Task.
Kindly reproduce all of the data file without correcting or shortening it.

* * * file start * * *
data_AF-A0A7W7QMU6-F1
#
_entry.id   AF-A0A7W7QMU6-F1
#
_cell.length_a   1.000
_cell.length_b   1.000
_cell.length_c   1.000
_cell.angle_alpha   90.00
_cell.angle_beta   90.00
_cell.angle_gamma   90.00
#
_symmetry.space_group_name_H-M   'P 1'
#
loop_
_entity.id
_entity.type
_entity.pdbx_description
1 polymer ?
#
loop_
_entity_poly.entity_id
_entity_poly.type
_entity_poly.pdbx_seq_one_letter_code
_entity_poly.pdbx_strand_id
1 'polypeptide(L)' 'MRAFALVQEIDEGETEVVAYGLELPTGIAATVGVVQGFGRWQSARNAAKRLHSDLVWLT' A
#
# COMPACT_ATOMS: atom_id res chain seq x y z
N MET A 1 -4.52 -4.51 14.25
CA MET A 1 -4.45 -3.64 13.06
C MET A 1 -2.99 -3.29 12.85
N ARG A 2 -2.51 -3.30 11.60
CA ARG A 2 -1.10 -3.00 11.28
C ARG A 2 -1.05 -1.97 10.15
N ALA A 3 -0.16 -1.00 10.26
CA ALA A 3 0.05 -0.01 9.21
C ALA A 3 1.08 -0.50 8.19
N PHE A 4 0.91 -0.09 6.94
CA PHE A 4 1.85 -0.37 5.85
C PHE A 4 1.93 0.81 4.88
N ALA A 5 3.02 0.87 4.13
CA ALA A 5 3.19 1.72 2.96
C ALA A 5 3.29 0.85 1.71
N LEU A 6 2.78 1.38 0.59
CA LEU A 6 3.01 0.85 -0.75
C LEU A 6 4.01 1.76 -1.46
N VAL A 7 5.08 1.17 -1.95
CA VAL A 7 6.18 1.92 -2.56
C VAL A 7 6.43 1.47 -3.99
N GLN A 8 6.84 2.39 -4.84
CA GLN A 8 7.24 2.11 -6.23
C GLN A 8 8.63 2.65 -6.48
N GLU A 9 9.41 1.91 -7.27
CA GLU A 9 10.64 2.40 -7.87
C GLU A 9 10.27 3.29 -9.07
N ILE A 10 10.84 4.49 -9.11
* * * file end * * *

data_AF-A0A7W7QMU6-F1
#
_entry.id   AF-A0A7W7QMU6-F1
#
_cell.length_a   1.000
_cell.length_b   1.000
_cell.length_c   1.000
_cell.angle_alpha   90.00
_cell.angle_beta   90.00
_cell.angle_gamma   90.00
#
_symmetry.space_group_name_H-M   'P 1'
#
loop_
_entity.id
_entity.type
_entity.pdbx_description
1 polymer ?
#
loop_
_entity_poly.entity_id
_entity_poly.type
_entity_poly.pdbx_seq_one_letter_code
_entity_poly.pdbx_strand_id
1 'polypeptide(L)' 'MRAFALVQEIDEGETEVVAYGLELPTGIAATVGVVQGFGRWQSARNAAKRLHSDLVWLT' A
#
# COMPACT_ATOMS: atom_id res chain seq x y z
N MET A 1 -4.52 -4.51 14.25
CA MET A 1 -4.45 -3.64 13.06
C MET A 1 -2.99 -3.29 12.85
N ARG A 2 -2.51 -3.30 11.60
CA ARG A 2 -1.10 -3.00 11.28
C ARG A 2 -1.05 -1.97 10.15
N ALA A 3 -0.16 -1.00 10.26
CA ALA A 3 0.05 -0.01 9.21
C ALA A 3 1.08 -0.50 8.19
N PHE A 4 0.91 -0.09 6.94
CA PHE A 4 1.85 -0.37 5.85
C PHE A 4 1.93 0.81 4.88
N ALA A 5 3.02 0.87 4.13
CA ALA A 5 3.19 1.72 2.96
C ALA A 5 3.29 0.85 1.71
N LEU A 6 2.78 1.38 0.59
CA LEU A 6 3.01 0.85 -0.75
C LEU A 6 4.01 1.76 -1.46
N VAL A 7 5.08 1.17 -1.95
CA VAL A 7 6.18 1.92 -2.56
C VAL A 7 6.43 1.47 -3.99
N GLN A 8 6.84 2.39 -4.84
CA GLN A 8 7.24 2.11 -6.23
C GLN A 8 8.63 2.65 -6.48
N GLU A 9 9.41 1.91 -7.27
CA GLU A 9 10.64 2.40 -7.87
C GLU A 9 10.27 3.29 -9.07
N ILE A 10 10.84 4.49 -9.11